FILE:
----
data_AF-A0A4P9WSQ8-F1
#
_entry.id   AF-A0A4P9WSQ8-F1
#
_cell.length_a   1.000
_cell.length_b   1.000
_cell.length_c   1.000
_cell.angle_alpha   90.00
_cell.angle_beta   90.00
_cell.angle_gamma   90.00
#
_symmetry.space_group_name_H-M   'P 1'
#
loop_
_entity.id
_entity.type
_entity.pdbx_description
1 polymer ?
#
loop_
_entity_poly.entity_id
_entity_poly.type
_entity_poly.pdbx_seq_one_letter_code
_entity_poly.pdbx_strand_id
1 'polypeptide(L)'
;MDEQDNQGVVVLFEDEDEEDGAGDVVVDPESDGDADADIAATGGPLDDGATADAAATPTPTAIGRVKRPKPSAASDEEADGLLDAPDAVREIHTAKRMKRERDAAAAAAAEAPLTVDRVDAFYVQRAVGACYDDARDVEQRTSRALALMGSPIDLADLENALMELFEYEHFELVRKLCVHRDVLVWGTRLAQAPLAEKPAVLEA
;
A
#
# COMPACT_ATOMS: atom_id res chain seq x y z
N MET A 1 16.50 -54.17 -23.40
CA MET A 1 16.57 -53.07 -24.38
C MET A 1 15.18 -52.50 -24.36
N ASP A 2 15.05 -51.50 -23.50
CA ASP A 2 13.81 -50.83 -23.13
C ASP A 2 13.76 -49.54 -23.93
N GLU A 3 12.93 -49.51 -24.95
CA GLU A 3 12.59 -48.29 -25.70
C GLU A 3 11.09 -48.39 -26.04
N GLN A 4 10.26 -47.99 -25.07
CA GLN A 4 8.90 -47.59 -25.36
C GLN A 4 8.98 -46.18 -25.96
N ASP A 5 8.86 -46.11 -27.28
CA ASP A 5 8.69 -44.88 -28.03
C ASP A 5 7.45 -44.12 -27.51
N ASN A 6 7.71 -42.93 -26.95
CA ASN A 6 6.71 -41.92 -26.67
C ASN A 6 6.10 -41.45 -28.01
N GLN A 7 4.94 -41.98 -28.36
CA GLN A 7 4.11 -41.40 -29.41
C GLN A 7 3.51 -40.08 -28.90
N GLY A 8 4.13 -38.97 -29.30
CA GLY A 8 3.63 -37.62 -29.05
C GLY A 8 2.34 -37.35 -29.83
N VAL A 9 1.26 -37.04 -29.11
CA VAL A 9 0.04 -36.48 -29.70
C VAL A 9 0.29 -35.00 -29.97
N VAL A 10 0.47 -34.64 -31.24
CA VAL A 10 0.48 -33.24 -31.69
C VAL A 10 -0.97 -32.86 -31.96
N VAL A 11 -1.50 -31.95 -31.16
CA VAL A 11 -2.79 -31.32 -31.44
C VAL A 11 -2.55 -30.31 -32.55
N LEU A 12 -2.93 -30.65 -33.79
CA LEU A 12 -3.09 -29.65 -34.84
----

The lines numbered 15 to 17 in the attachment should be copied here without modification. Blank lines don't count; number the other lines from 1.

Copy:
_entity.id
_entity.type
_entity.pdbx_description